Everyone loves flowers — and paper flowers are quite a bit more sustainable than constantly picking wildflowers, right? Helping your kiddo learn to fold flowers will not only guarantee you a lifetime of pretty paper bouquets, but it will also come in handy at various holidays. Saaaaay… Valentine’s Day in the 8th grade? Shoot, some people even choose to use paper flowers for their wedding instead of the real thing.
1. Lotus Flower
2. Springtime Tulip
3. Traditional Cherry Blossom
Easy Origami for Kids: Animals
Some of the origami animals in this section aren’t exactly “tradition” origami shapes. On the other hand, one animal — the crane — might just be the most traditional origami creation. The crane has long held a special stance with the Japanese. It’s believed cranes once lived a thousand years. As such, spotting a crane is a sign of good fortune and a long, healthy life. Gifting someone with an origami crane might just be the ultimate show of love and respect.
Other animals the Japanese hold in high regard are dragons and tortoises. There are great origami tutorials on those, too. We just didn’t think they were as easy to follow for beginners.
4. Symbolic Crane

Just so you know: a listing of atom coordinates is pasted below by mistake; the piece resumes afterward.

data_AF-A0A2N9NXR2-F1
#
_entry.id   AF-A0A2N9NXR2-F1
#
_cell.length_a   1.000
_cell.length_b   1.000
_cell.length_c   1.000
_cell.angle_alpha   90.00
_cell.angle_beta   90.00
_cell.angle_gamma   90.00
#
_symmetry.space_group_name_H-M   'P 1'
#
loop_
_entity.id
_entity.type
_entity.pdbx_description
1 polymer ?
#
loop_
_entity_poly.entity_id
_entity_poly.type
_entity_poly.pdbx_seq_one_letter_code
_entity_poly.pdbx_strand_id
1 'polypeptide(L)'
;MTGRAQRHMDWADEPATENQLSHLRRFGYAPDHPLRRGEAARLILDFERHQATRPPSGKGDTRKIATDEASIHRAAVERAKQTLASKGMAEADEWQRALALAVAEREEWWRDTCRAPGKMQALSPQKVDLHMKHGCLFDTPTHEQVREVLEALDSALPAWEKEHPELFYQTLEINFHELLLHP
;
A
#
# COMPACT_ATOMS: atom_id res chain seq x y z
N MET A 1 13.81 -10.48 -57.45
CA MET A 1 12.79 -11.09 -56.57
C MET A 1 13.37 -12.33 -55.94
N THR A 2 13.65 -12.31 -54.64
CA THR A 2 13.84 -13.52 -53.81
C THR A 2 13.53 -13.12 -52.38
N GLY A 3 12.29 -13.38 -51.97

5. Bouncing Bunny
6. Dainty Butterfly
7. Sly Fox
8. Swishy Fish
Other Cool and Easy Origami for Kids
Of course, the art of origami isn’t just limited to things found in nature. Some of the most popular origami folds are ones that serve multiple purposes, like the options listed below.
9. Floating Boat
Yes, it actually floats! Of course, it’s paper and won’t last forever. But this classic origami design is a kid favorite. You could try experimenting with different types of paper (or paper-like materials) to see which floats the longest or fastest.
10. Valentine’s Heart
This bright red heart is the perfect way to fold a note to your crush or bestie. On the outside, it looks like a simple origami heart but the inside contains all your secrets.
11. Secret Note
The secret note creation is fun to fold but even more fun to pop open. While it will be immediately obvious to seasoned teachers that there’s a note inside, the small shape makes it easy to conceal. Plus, it’s just fun to decorate the outside.
12. Keepsake Box